How do I answer for a specific hostname in a zone, but resolve all its other names normally?



A common wish among many sites with internal-only nameservers is the desire on an otherwise caching-only resolver to override one (or more) single name[s] from the Internet.

Suppose your company is "" and your authoritative DNS is hosted elsewhere. But you need "" to resolve to an internal address for the users at your site.


The answer is to add an authoritative zone for "" to your named.conf file, with the desired A/AAAA record[s] at the apex of the zone:

# named.conf (or a file included therein by 'include "/path/to/file";'):

zone "" IN {
    type master;
    # This assumes the default "directory location in the
    # options {} stanza
    file ""

And the "" file might look like this:

$TTL 1h
; every zone must have SOA ...
@    IN        SOA    @ (
            42    ;serial
            3h    ;refresh
            15m    ;retry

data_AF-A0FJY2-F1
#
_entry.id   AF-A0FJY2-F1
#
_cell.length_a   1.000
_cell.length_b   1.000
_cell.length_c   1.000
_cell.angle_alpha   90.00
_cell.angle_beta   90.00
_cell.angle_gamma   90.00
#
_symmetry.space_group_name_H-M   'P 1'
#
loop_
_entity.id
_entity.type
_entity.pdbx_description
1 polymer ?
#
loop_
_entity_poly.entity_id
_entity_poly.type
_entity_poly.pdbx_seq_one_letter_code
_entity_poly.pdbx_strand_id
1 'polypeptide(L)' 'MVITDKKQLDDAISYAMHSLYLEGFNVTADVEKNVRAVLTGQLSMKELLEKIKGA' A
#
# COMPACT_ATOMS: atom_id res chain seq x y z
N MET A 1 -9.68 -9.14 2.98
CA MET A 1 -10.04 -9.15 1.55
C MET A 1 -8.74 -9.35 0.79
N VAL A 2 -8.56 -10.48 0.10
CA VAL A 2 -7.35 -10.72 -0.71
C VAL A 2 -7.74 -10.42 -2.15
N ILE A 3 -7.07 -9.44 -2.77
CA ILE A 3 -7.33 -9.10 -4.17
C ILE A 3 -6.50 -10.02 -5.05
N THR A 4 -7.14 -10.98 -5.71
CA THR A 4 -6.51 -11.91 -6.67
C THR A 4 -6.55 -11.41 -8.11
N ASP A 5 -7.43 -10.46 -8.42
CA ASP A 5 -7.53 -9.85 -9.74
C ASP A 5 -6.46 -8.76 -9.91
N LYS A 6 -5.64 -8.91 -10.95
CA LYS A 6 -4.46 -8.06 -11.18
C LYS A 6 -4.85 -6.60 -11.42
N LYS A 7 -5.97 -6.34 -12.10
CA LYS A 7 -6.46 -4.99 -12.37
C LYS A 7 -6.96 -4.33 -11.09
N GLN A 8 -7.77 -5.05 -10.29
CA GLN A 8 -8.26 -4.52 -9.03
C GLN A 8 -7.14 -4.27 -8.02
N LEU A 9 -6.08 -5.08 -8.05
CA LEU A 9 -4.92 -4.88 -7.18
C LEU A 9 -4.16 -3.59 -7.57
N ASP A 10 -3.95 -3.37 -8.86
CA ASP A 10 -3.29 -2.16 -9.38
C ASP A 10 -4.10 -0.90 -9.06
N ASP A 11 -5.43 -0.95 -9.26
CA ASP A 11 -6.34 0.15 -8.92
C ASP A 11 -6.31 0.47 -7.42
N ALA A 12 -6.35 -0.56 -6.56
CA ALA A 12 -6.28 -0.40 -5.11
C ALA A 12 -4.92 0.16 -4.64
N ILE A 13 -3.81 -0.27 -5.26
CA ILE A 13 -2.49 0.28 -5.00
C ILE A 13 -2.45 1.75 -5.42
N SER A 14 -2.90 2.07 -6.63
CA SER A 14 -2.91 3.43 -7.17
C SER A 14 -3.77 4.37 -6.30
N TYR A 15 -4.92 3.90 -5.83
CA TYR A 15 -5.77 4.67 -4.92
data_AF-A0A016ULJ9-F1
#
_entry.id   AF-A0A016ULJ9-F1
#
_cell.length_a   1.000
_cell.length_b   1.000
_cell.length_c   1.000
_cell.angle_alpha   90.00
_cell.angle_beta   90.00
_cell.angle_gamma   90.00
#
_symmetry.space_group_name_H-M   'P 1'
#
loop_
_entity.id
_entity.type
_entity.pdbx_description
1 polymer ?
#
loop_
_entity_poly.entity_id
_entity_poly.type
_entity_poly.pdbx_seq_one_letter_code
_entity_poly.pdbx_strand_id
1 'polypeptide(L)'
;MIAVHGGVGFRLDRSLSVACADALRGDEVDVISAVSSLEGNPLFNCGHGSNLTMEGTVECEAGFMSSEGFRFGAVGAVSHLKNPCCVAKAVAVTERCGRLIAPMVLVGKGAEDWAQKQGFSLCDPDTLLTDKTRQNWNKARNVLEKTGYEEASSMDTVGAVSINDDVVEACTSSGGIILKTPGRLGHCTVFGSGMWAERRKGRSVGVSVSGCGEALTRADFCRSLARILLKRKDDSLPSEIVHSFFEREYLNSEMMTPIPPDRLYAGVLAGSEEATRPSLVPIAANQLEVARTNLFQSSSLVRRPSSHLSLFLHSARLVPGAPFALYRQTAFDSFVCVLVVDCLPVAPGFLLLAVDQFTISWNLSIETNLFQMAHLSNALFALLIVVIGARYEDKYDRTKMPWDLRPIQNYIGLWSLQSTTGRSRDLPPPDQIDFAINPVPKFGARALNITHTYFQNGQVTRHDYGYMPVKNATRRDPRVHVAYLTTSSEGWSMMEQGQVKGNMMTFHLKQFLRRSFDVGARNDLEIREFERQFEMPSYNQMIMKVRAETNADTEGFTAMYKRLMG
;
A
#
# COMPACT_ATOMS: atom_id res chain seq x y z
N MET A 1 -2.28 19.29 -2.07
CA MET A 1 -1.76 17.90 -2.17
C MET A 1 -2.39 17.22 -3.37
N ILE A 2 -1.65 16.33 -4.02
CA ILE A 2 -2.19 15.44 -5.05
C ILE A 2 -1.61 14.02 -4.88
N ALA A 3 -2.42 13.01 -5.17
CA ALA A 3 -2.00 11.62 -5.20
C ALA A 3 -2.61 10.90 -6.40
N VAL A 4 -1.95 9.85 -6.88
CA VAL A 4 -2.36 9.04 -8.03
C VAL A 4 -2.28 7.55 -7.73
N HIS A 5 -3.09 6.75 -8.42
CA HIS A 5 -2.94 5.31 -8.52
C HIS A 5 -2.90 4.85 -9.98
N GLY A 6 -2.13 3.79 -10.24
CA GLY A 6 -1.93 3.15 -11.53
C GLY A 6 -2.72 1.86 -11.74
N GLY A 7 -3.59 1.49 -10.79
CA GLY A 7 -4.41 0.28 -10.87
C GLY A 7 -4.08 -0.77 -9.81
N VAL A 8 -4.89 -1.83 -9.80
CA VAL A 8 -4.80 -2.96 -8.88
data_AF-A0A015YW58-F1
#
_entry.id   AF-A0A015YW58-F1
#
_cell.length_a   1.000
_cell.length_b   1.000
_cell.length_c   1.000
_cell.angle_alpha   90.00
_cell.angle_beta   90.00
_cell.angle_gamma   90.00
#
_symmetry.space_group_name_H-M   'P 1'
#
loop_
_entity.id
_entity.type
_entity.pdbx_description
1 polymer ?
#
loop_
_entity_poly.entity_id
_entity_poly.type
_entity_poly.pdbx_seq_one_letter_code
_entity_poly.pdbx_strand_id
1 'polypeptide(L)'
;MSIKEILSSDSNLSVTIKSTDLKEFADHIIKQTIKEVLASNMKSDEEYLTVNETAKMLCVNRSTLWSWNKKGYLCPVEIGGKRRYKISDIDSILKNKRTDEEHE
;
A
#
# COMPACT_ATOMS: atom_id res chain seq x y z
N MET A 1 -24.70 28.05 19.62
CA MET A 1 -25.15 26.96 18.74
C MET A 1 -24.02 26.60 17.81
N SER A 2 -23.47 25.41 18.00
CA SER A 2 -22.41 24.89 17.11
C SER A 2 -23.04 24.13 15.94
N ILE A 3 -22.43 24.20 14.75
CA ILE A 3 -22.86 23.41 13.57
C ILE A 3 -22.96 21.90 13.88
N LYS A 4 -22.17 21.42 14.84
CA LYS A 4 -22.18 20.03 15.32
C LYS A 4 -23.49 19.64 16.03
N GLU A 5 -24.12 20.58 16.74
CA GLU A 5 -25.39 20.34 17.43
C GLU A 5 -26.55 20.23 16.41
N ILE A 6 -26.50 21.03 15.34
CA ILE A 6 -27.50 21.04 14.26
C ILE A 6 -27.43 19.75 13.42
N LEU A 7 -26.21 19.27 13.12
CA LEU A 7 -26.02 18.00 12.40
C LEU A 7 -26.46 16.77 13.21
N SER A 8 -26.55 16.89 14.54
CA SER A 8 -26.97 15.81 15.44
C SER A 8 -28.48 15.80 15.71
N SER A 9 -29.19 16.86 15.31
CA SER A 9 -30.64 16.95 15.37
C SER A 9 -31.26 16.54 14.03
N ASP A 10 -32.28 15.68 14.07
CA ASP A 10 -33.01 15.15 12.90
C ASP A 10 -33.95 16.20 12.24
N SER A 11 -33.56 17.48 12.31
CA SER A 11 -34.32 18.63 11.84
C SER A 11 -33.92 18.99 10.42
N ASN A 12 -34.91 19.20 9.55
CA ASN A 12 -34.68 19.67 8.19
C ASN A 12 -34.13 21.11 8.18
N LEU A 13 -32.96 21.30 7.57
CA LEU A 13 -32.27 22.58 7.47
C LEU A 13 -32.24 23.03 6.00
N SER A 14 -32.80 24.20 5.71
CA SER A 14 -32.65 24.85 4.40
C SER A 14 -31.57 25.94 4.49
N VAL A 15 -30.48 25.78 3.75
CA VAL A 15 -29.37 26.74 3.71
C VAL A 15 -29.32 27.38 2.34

1w    ;expiry
            1h    ;minimum
; ... and NS also.
@    IN        NS    @
; RFC 1918 address
@            A
; RFC 3849 address
@            AAAA    2001:DB8:i5c:b9::1
; add any other records you need

Use "rndc reconfig" to reload the configuration and enable the new zone, or an "rndc addzone" command can do this at runtime, without editing named.conf, if the "allow-new-zones" option is set to yes:

$ rndc addzone '{ type master; file ""; };'

All names under that label are overridden also!

Note that limitations of the DNS protocol mean that all names under the label, "", such as "" or "" are also overridden by this zone statement. If such names exist in the parent zone, they won't resolve for users of this internal nameserver. (But they could be added to the sample zone.)


Dnsmasq is an easy-to-use integrated DHCP server and DNS forwarding server. In a case like this, dnsmasq might be a viable alternative.  Because dnsmasq is not a complete DNS implementation like BIND, names under the label are not affected.  Note that dnsmasq requires an upstream forwarding nameserver (such as BIND) to do recursion for names for which it is not authoritative.

What about DNSSEC?

DNSSEC can complicate things. These override zones should only be served internally (to clients in your own network), but it's possible that end-user validation tools will detect that you have assumed authority over names you do not control.